It's official: New FDA Commissioner Hahn wins Senate confirmation

Stephen Hahn
The Senate has confirmed Stephen Hahn as the next FDA commissioner. (MD Anderson Cancer Center)

The FDA has been plenty busy without an official commissioner since former head Scott Gottlieb stepped down earlier this year, but now it has a new chief to take on the job. 

Stephen Hahn, formerly chief medical officer of the University of Texas MD Anderson Cancer Center, secured confirmation from the Senate Thursday in a 72-18 vote, according to reports. He takes over the agency's sprawling brief, which covers pharmaceuticals, food safety, medical devices and tobacco.

Much of the conversation during Hahn’s confirmation process centered on vaping, which the FDA governs under its tobacco division, but the nominee did face questions about biosimilars, drug pricing, shortages, opioids and more. He didn't offer much in the way of specifics but pledged to always follow science and data over politics.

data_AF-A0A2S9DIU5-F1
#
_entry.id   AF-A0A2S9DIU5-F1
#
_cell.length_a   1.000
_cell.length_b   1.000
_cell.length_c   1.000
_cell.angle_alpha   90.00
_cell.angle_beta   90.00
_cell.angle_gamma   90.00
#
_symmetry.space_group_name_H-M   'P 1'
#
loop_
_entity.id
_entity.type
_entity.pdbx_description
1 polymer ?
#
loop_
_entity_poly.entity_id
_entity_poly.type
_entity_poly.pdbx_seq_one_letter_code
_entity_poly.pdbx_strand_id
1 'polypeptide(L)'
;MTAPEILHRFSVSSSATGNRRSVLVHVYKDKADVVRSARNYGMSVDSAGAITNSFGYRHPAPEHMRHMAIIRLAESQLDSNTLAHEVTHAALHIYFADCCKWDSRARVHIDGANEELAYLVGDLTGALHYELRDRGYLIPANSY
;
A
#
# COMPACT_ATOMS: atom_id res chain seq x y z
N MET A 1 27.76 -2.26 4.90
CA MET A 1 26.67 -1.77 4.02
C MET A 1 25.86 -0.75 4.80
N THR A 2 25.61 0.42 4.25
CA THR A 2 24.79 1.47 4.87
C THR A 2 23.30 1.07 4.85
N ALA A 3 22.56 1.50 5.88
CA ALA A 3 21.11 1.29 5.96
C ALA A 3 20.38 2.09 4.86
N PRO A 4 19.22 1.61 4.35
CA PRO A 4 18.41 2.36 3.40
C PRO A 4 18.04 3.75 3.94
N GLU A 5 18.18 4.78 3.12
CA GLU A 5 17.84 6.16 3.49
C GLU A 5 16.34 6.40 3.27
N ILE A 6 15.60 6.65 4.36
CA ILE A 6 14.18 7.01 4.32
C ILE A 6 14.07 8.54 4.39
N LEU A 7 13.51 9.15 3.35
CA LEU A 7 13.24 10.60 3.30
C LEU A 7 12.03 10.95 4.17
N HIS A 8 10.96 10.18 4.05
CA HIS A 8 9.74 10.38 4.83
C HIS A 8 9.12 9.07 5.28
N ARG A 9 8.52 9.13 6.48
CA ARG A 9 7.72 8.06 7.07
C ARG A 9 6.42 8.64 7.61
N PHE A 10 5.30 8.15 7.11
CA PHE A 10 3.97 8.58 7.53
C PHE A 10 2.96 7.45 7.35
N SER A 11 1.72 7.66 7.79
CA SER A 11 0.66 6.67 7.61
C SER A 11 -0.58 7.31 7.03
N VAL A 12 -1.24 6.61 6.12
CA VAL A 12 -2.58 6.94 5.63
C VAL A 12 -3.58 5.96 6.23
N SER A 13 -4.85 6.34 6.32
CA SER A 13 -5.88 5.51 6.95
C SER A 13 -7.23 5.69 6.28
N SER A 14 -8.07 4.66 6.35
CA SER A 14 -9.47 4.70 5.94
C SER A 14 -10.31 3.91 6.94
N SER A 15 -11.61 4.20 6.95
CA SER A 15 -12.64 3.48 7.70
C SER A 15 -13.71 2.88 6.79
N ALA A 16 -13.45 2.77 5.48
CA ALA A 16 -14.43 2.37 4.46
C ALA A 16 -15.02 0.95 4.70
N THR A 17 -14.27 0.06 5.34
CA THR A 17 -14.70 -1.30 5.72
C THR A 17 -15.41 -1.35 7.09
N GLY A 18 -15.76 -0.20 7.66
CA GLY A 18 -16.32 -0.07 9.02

On pricing, Hahn said the American people "want action." An oncologist, Hahn said “rarely a day goes by” that drug pricing doesn’t affect one of his patients.  

It’s an “urgent” issue, and the “American people want us to act on this," he told lawmakers at a hearing. Hahn said he’s “very interested” in the ways the FDA can stimulate competition and lower costs. 

RELATED: FDA Commissioner nominee Hahn promises to put science above politics 

Hahn replaces Gottlieb, a popular FDA commissioner who stepped down earlier this year after nearly two years at the helm. As commissioner, Gottlieb prioritized the opioid crisis and implemented measures aimed at fighting high drug costs, among other initiatives; he since has joined the board of Pfizer.

But work at the agency didn’t stop between the two commissioners. Two acting commissioners kept things moving, and the agency has approved several new drugs in recent months.

Suggested Articles

Pfizer isn't giving up in biosims. This week, it unveiled launches to three Roche blockbusters, with two already on the market.

Novo Nordisk is betting big on GLP-1 Saxenda in its global obesity push, but England's cost watchdog is unimpressed with the drug's long-term outlook.

Tecentriq didn’t show benefit against simple observation at delaying cancer recurrence or death in patients with muscle-invasive urothelial cancer.